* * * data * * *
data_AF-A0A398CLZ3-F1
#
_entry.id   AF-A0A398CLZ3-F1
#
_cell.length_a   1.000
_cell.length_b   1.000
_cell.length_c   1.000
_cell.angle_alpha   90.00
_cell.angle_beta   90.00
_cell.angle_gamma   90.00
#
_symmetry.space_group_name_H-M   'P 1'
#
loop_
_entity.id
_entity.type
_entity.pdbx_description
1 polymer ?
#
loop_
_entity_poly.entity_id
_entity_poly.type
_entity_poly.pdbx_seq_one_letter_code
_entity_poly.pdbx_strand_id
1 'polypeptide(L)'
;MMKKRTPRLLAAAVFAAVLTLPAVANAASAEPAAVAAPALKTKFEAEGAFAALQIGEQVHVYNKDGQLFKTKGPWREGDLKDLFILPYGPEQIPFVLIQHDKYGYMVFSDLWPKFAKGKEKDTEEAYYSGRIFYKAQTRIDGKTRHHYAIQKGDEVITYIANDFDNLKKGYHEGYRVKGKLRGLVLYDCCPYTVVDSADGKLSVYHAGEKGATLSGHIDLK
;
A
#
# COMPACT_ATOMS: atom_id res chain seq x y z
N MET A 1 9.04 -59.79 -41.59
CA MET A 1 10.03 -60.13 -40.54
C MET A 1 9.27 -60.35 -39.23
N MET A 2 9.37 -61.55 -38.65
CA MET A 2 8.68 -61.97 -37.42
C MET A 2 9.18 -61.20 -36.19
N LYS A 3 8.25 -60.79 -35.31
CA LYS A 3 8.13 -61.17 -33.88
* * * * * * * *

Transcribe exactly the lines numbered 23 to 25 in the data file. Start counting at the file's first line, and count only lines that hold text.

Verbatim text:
_entity_poly.pdbx_seq_one_letter_code
_entity_poly.pdbx_strand_id
1 'polypeptide(L)'